RFC 5741 RFC Streams, Headers, Boilerplates December 2009 Table of Contents 1. Introduction . . . . . . . . . . . . . . . . . . . . . . . . . 2 2. RFC Streams and Internet Standards . . . . . . . . . . . . . . 3 3. RFC Structural Elements . . . . . . . . . . . . . . . . . . . 3 3.1. The Title Page Header . . . . . . . . . . . . . . . . . . 3 3.2. The Status of this Memo . . . . . . . . . . . . . . . . . 5 3.2.1. Paragraph 1 . . . . . . . . . . . . . . . . . . . . . 6 3.2.2. Paragraph 2 . . . . . . . . . . . . . . . . . . . . . 6 3.2.3. Paragraph 3 . . . . . . . . . . . . . . . . . . . . . 8 3.2.4. Noteworthy . . . . . . . . . . . . . . . . . . . . . . 9 3.3. Additional Notes . . . . . . . . . . . . . . . . . . . . . 9 3.4. Other Structural Information in RFCs . . . . . . . . . . . 9 4. Security Considerations . . . . . . . . . . . . . . . . . . . 9 5. RFC Editor Considerations . . . . . . . . . . . . . . . . . . 10 6. References . . . . . . . . . . . . . . . . . . . . . . . . . . 10 6.1. Normative References . . . . . . . . . . . . . . . . . . . 10 6.2. Informative References . . . . . . . . . . . . . . . . . . 10 Appendix A. Some Example 'Status of This Memo' Boilerplates . . . 12 A.1. IETF Standards Track . . . . . . . . . . . . . . . . . . . 12 A.2. IETF Experimental, with Consensus Call . . . . . . . . . . 12 A.3. IETF Experimental, No Consensus Call . . . . . . . . . . . 13 A.4. IAB Informational . . . . . . . . . . . . . . . . . . . . 13 A.5. IRTF Experimental, No Consensus Call . . . . . . . . . . . 14 A.6. Independent Submission Informational . . . . . . . . . . . 15 Appendix B. IAB Members at Time of Approval . . . . . . . . . . . 15 Appendix C. Acknowledgements . . . . . . . . . . . . . . . . . . 15 1. Introduction Previously, RFCs (e.g., [RFC4844]) contained a number of elements that were there for historical, practical, and legal reasons. They also contained boilerplate material to clearly indicate the status of the document and possibly contained "Notes" to indicate how the document interacts with IETF Standards Track documents. As the RFC Series has evolved over the years, there has been increasing concern over appropriate labeling of the publications to make clear the status of each RFC and the status of the work it describes. Chiefly, there is a requirement that RFCs published as part of the IETF's review process not be easily confused with RFCs that may have had a very different review and approval process. Various adjustments have been made over the years, including evolving text of "Notes" included in the published RFC. With the definition of the different RFC streams [RFC4844], it is appropriate to formalize the definition of the various pieces of standard RFC boilerplate and introduce some adjustments to ensure Daigle, et al. Informational [Page 2]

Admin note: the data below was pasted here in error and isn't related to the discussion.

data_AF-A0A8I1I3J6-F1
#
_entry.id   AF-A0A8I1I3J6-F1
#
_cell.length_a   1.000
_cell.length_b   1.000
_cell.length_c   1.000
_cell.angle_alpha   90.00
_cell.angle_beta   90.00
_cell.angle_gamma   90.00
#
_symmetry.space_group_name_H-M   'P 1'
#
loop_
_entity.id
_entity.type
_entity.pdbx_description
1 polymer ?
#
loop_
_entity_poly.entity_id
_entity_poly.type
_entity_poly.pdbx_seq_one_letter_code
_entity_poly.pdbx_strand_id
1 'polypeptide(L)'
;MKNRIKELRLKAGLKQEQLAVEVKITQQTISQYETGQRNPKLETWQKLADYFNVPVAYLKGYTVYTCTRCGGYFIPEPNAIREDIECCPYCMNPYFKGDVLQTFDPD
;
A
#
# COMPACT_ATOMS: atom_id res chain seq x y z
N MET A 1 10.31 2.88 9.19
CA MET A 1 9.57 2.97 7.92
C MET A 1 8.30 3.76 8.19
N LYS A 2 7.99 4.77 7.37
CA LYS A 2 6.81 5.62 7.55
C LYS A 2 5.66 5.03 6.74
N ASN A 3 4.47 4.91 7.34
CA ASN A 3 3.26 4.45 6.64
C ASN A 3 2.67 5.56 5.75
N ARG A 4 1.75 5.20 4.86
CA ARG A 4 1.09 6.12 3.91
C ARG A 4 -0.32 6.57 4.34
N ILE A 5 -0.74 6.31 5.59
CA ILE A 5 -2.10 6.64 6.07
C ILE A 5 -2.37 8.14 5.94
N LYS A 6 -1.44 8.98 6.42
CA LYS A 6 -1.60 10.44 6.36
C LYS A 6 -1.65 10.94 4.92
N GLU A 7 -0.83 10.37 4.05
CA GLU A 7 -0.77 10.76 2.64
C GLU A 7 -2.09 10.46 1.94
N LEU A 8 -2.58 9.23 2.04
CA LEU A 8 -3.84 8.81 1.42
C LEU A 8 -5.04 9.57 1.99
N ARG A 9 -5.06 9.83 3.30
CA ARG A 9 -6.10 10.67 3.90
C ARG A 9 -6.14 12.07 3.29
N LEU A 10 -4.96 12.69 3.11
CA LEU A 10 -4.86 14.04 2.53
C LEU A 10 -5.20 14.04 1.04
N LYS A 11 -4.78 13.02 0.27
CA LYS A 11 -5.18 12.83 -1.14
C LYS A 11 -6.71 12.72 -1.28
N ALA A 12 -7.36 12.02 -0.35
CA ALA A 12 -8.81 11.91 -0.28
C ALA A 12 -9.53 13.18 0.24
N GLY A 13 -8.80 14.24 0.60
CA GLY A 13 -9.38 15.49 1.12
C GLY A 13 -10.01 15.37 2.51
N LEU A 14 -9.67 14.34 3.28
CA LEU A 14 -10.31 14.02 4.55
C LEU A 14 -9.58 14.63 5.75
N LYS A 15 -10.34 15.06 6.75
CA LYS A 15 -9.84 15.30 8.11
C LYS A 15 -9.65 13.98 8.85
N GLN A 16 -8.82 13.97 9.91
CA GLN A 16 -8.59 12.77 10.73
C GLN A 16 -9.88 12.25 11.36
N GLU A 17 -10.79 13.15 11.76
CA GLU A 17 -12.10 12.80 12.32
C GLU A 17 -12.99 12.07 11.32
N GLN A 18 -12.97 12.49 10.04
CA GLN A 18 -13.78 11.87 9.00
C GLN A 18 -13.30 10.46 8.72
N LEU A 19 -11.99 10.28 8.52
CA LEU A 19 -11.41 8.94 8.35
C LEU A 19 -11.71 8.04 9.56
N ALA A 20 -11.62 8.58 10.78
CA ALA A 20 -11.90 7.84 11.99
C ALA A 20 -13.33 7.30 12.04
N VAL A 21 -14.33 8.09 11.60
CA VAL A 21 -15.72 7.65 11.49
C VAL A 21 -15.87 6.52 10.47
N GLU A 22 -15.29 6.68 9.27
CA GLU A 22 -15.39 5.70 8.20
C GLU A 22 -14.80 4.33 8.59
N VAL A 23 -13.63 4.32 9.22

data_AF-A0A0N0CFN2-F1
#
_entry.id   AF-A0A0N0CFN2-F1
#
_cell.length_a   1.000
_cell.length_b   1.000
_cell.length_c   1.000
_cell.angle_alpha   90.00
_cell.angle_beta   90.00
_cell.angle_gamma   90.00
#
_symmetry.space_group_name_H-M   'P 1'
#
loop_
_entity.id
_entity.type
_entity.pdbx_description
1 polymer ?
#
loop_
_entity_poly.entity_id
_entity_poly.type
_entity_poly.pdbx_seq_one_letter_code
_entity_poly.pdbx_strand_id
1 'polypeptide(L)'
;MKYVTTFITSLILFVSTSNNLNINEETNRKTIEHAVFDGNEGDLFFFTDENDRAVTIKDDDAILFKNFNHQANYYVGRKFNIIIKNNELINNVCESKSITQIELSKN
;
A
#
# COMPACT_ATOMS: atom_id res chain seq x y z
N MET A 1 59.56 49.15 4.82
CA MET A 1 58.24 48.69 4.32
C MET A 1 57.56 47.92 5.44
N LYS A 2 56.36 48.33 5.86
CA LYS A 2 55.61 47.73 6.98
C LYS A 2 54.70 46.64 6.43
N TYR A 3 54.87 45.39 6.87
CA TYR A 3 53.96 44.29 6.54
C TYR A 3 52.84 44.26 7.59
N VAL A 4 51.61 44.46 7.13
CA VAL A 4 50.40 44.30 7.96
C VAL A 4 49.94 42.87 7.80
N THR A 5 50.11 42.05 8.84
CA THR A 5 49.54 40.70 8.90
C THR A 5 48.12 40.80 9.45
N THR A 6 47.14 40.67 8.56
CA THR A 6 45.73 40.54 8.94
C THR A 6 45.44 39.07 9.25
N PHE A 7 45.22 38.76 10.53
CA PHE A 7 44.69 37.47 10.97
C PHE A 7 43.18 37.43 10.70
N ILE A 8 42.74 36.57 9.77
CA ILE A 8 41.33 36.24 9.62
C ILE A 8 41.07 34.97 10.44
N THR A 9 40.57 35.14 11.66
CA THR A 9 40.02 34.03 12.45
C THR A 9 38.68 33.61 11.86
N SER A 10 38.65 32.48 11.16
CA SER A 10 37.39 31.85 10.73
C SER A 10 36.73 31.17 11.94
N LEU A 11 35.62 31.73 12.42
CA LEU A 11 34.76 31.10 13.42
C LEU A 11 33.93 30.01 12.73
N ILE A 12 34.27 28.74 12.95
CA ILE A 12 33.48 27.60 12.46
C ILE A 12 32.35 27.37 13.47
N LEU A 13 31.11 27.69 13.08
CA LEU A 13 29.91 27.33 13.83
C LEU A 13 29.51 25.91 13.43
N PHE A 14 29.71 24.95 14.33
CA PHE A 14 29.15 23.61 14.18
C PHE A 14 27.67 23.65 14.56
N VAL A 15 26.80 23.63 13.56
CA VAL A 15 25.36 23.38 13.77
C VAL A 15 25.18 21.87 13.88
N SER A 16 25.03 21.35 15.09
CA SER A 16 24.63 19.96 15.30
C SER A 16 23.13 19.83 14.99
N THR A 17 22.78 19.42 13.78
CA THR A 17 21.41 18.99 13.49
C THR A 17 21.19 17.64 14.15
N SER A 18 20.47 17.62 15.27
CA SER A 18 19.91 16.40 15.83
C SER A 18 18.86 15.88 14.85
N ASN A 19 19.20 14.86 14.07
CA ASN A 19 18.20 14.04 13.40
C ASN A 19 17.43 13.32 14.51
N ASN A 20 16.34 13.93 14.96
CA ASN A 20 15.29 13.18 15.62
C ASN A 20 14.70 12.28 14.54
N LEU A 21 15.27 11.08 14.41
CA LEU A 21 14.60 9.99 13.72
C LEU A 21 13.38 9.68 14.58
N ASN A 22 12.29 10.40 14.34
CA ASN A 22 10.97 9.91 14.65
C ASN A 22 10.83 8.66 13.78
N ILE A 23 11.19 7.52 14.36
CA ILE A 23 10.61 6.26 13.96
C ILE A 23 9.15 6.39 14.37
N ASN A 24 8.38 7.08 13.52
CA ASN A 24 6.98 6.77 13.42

RFC 5741 RFC Streams, Headers, Boilerplates December 2009 better clarity of expression of document status, aligned with the review and approval processes defined for each stream. This memo identifies and describes the common elements of RFC boilerplate structure, and provides a comprehensive approach to updating and using those elements to communicate, with clarity, RFC document and content status. Most of the historical structure information is collected from [RFC2223]. The changes introduced by this memo should be implemented as soon as practically possible after the document has been approved for publication. 2. RFC Streams and Internet Standards Users of RFCs should be aware that while all Internet Standards- related documents are published as RFCs, not all RFCs are Internet Standards-related documents. The IETF is responsible for maintaining the Internet Standards Process, which includes the requirements for developing, reviewing, and approving Standards Track and BCP RFCs. The IETF also produces non-Standards-Track documents (Informational, Experimental, and Historic). All documents published as part of the IETF Stream are reviewed by the appropriate IETF bodies. Documents published in streams other than the IETF Stream are not generally reviewed by the IETF for such things as security, congestion control, or inappropriate interaction with deployed protocols. They have also not been subject to approval by the Internet Engineering Steering Group (IESG), including an IETF-wide last call. Therefore, the IETF disclaims, for any of the non-IETF Stream documents, any knowledge of the fitness of those RFCs for any purpose. Refer to [RFC2026], [RFC5742], and [RFC4844] and their successors for current details of the IETF process and RFC streams. 3. RFC Structural Elements 3.1. The Title Page Header This section describes the elements that are commonly found in RFCs published today. For the sake of clarity, this document specifies the elements precisely as a specification. However, this is not intended to specify a single, static format. Details of formatting are decided by the RFC Editor. Substantive changes to the header and Daigle, et al. Informational [Page 3]